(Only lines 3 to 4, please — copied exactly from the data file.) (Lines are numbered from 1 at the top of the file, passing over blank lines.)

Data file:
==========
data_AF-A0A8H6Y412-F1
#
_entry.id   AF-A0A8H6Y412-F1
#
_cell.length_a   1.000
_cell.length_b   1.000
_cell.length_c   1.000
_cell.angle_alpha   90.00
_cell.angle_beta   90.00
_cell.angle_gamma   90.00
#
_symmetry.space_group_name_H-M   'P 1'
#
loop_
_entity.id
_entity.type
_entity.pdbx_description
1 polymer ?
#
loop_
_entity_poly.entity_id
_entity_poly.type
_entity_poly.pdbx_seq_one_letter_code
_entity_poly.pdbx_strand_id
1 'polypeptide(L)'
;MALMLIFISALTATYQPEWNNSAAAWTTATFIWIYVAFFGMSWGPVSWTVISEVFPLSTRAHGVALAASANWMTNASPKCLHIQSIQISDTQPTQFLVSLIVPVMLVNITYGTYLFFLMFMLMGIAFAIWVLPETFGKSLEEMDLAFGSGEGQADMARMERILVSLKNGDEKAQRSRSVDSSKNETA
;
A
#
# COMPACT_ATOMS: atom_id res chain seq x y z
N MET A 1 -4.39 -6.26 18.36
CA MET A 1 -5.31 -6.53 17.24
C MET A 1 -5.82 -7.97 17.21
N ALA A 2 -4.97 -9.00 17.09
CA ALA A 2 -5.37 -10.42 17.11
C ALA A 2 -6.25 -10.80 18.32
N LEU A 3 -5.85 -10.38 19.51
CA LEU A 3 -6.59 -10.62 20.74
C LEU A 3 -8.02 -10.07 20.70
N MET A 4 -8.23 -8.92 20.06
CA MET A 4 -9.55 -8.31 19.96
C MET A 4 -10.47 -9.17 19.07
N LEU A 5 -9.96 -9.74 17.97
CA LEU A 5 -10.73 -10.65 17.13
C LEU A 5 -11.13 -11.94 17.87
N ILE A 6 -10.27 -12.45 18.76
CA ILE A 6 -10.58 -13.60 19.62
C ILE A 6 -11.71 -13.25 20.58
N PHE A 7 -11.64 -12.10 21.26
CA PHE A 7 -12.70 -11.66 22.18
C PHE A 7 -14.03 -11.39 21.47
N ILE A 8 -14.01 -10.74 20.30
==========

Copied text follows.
_entry.id   AF-A0A8H6Y412-F1
#